India's top court says privacy is a fundamental right

 24 Aug 2017 - 12:16

India's top court says privacy is a fundamental right
Prashant Bhushan, a senior lawyer, speaks with the media after a verdict on right to privacy outside the Supreme Court in New Delhi, India August 24, 2017. (REUTERS/Adnan Abidi)

AFP

New Delhi: India's Supreme Court ruled Thursday that citizens have a constitutional right to privacy, a landmark verdict that could have wide-reaching implications for the government's biometric programme which holds data on over one billion people.

Privacy is not explicitly mentioned in the Indian constitution, and the government has argued that the country's 1.25 billion citizens cannot expect an absolute right to it.

But in a brief statement on Thursday, Chief Justice J S Khehar said privacy was "protected as an intrinsic part of Article 21 that protects life and liberty". The judges were unanimous, he said.

The Supreme Court set up a special bench to rule on the issue after a legal challenge to the government's Aadhaar biometric programme, which has recorded the fingerprints and iris scans of more than one billion Indians.

Aadhaar was set up as a voluntary scheme to streamline benefit payments to millions of poor people and reduce fraud.

But in recent years it has become compulsory for a growing number of services, including opening a bank account and paying taxes.

Opponents say that its use for what are effectively essential services means their right to privacy is increasingly being violated.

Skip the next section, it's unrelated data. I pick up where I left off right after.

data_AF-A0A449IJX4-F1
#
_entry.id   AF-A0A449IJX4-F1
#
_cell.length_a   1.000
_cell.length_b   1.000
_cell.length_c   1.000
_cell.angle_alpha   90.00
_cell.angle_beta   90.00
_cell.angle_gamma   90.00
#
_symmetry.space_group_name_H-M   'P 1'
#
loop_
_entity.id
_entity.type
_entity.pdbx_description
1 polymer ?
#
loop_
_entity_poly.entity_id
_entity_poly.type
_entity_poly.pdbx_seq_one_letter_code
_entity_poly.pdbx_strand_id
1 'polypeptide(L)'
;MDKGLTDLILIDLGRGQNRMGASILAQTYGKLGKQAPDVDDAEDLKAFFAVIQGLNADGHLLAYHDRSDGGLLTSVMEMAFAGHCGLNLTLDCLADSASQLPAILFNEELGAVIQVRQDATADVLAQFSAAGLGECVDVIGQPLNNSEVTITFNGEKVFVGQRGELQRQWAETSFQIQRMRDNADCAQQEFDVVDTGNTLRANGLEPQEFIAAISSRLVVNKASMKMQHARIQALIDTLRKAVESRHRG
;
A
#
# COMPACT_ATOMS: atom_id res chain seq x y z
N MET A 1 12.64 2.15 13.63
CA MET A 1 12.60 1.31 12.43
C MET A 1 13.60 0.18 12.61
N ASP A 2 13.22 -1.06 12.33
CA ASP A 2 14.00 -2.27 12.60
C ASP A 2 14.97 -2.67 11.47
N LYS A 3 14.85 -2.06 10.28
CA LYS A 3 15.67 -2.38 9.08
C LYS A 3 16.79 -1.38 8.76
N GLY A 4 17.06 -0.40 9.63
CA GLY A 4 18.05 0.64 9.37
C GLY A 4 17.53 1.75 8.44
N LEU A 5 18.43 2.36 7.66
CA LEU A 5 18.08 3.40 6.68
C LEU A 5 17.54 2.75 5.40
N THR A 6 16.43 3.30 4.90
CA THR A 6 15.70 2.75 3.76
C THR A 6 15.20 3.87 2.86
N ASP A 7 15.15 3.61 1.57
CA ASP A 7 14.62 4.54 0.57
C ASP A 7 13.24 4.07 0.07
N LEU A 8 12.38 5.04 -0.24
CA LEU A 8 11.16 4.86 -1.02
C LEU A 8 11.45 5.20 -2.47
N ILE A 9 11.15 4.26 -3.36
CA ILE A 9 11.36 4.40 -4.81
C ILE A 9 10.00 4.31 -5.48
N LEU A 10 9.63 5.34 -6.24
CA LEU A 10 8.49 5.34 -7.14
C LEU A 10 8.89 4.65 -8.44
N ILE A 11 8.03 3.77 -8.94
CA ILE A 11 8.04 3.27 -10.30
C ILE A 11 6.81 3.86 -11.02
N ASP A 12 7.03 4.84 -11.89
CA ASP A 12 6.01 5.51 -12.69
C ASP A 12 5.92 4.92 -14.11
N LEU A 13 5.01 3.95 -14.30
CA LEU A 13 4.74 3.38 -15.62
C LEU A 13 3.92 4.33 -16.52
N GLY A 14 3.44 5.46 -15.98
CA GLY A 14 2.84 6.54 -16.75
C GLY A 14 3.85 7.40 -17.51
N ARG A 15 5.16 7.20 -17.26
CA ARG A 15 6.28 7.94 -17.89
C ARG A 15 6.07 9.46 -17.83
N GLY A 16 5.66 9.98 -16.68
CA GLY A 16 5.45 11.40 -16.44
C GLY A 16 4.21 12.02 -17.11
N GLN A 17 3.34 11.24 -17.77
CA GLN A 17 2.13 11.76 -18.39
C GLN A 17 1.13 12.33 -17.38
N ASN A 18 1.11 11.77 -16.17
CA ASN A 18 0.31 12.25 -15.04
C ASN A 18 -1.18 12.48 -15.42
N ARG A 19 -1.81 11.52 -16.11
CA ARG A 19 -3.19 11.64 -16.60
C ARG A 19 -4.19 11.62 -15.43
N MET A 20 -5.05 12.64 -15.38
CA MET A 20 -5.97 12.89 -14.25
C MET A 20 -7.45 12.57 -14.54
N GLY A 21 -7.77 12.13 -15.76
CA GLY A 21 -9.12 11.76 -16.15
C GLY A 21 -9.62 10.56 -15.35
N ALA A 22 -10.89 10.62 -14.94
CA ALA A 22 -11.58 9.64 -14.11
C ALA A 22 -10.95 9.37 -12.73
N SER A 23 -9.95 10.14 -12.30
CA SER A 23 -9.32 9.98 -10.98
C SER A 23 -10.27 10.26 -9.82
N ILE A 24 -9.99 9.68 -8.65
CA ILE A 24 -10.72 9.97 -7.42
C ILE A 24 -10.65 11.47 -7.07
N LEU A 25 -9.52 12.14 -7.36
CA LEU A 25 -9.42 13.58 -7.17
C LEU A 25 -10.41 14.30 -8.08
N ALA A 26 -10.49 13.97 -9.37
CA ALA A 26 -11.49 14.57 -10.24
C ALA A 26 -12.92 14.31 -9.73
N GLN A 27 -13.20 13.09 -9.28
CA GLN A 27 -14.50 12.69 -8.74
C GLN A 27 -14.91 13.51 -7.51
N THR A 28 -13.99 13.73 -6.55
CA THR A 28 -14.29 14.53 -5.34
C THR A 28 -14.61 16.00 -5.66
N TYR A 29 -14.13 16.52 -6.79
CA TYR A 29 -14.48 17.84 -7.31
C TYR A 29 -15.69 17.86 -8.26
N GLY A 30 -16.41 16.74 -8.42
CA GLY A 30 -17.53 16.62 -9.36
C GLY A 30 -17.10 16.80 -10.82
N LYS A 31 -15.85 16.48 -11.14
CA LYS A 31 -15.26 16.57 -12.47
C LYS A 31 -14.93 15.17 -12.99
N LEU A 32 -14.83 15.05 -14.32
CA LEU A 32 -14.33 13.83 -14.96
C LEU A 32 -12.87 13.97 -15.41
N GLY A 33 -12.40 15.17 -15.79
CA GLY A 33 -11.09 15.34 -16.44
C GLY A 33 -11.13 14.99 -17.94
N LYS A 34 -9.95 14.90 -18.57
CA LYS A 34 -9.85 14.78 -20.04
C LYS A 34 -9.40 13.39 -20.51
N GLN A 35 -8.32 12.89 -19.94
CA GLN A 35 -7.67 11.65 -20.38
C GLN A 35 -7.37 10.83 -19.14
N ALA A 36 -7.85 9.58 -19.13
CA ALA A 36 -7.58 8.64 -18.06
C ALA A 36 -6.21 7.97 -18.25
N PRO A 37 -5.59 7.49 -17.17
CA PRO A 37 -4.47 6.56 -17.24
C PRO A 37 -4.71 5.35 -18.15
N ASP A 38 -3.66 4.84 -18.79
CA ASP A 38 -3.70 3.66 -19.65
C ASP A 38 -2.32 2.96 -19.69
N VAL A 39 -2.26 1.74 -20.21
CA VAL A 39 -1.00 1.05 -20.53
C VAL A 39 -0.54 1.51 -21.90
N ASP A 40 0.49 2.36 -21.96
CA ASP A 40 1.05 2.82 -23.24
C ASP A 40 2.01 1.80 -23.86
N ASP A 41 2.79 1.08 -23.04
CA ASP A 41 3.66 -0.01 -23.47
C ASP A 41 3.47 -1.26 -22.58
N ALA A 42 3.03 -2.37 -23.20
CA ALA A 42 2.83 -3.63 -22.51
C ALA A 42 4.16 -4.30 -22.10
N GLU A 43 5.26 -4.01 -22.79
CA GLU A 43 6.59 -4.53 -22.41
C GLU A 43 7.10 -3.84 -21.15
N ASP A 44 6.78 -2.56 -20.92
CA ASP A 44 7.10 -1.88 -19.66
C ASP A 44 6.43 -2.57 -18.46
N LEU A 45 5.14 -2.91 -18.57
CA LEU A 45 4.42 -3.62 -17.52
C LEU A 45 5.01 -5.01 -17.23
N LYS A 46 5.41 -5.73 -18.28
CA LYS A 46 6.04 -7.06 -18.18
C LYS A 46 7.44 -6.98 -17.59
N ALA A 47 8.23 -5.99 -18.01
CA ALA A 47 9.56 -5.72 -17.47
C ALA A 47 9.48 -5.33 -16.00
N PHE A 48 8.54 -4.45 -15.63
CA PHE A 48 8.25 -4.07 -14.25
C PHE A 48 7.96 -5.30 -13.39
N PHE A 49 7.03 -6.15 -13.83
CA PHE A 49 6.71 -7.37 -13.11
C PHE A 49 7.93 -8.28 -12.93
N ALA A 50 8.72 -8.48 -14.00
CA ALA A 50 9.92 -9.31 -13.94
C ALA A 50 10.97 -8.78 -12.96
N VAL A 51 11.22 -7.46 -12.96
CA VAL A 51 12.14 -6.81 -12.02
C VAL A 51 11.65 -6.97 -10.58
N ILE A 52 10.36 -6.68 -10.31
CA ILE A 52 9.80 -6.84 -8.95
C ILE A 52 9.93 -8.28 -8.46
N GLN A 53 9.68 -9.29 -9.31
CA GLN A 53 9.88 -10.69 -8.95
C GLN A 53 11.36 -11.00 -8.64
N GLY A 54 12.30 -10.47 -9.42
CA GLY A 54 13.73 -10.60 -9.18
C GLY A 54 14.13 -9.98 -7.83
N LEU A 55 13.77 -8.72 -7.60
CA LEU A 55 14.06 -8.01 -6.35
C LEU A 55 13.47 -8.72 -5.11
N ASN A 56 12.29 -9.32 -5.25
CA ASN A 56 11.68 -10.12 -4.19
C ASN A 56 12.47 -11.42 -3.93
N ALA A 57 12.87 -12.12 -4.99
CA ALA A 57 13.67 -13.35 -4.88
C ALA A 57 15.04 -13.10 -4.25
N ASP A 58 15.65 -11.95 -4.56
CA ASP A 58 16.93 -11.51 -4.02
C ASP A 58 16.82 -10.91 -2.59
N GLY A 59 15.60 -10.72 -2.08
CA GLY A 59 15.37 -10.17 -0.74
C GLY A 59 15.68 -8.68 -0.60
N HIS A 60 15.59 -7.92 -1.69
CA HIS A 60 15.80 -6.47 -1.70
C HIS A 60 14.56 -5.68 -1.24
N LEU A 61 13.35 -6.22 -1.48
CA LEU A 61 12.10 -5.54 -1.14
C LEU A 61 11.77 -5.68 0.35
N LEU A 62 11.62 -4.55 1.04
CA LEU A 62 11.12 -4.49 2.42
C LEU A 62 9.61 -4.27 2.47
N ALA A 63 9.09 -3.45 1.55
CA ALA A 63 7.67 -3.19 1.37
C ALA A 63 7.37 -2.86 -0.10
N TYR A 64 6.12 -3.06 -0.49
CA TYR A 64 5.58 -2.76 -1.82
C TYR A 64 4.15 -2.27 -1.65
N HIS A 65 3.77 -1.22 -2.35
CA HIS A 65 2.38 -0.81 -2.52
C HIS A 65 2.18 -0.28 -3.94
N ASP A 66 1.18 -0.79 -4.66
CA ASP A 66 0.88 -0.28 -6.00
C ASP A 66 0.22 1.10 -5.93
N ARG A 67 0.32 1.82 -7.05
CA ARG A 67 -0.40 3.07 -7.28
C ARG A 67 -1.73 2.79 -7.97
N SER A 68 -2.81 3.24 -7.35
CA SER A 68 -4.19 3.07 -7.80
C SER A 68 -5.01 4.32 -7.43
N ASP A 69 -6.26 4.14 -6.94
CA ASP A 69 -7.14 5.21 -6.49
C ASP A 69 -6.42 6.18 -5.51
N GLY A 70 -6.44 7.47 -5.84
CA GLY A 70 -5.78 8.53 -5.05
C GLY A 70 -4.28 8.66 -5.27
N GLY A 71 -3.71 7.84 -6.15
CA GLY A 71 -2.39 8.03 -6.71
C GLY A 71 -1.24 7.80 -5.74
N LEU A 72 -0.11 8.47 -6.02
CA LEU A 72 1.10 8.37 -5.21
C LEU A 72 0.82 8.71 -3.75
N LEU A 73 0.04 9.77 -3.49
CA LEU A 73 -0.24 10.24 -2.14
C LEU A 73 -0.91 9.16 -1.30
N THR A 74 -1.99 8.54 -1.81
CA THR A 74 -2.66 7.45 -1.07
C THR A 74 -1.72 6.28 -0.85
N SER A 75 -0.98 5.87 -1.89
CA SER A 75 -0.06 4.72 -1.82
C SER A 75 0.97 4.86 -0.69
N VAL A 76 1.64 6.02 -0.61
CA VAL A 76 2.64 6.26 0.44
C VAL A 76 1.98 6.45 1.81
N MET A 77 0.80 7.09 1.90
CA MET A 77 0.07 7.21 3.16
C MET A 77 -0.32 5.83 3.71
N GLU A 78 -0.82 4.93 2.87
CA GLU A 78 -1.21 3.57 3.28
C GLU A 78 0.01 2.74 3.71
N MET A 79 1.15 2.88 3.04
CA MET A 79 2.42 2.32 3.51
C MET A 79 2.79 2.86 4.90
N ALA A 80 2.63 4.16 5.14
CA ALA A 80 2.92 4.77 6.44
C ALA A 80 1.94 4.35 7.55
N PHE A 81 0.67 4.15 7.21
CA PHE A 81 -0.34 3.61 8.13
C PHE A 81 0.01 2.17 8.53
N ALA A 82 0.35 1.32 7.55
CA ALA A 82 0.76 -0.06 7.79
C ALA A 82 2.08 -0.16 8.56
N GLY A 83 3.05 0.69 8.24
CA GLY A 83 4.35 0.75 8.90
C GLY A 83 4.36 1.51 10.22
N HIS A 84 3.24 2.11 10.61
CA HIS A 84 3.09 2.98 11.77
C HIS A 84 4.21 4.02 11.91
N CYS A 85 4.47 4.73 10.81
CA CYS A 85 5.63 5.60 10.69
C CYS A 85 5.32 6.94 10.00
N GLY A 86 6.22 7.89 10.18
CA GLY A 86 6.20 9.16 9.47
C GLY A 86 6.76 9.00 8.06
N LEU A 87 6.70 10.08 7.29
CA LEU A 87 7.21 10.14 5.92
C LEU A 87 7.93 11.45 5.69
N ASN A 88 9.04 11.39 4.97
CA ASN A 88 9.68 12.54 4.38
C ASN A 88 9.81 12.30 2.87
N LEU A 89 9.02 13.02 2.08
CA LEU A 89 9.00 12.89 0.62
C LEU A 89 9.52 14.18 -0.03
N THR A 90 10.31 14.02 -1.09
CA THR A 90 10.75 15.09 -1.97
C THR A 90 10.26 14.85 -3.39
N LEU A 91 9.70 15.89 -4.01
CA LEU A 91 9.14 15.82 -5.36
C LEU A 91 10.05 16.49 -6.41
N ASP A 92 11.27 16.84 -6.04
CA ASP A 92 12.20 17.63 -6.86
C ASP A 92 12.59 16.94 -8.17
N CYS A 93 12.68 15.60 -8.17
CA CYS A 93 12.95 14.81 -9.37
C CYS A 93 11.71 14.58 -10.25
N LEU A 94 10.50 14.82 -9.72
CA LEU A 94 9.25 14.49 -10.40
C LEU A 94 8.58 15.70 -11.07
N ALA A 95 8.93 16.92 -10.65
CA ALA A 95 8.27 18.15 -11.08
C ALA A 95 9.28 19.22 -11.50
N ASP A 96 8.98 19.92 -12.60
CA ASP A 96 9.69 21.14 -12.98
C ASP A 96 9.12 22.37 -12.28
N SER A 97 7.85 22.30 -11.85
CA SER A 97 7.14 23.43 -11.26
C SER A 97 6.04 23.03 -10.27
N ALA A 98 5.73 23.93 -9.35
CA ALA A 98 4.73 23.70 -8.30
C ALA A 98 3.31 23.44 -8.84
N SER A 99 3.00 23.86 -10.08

Prime Minister Narendra Modi's government has rejected suggestions that the programme, set up in 2009, poses a threat to civil liberties, despite personal data being leaked in security breaches.

In May Attorney General Mukul Rohatgi rejected suggestions that Indians could refuse to provide their iris scans or fingerprints to the government, telling a court "the concept of absolute right over one's body was a myth".

- 'Surveillance state' -

Udayaditya Banerjee, one of the lawyers challenging the Aadhaar Act, said it gave the state unacceptable powers of surveillance.

"One of the premises for us to challenge Aadhaar was that it was violating the privacy of individuals. There was potentiality of a surveillance state being created," he told reporters outside the court.

"We always believed we had a right to privacy and today the Supreme Court unequivocally stated that."

During the hearings the nine-member Supreme Court bench recognised the risk of personal information being misused, and the challenge of protecting such private data in the internet era.

But the judges also acknowledged there must be restrictions within reason on individual privacy.

Constitutional law scholars had said the case would be a test of Indian democracy, with potentially far-reaching consequences if individuals were allowed to challenge laws on the basis of individual rights.

In an article published by the Times of India last month, two legal experts argued that it would be one of the world's most important legal decisions this year.

"Societies far beyond India will be watching to see what it decides," wrote Eben Moglen and Mishi Choudhary.

"India will, as a result of the Supreme Court's judgement, take the lead among democracies in recognising and enforcing its citizens' fundamental right to privacy, or fall in line behind despotic societies in destroying it."

Lawyer Prashant Bhushan said the judgement would have an impact on the Aadhaar programme but it was not yet clear how.

"Any fundamental right is subject to reasonable restrictions by law. Whether the Aadhar Act imposes unreasonable restrictions will have to be examined," he told reporters outside the court.

The full judgement is expected to be published later on Thursday.

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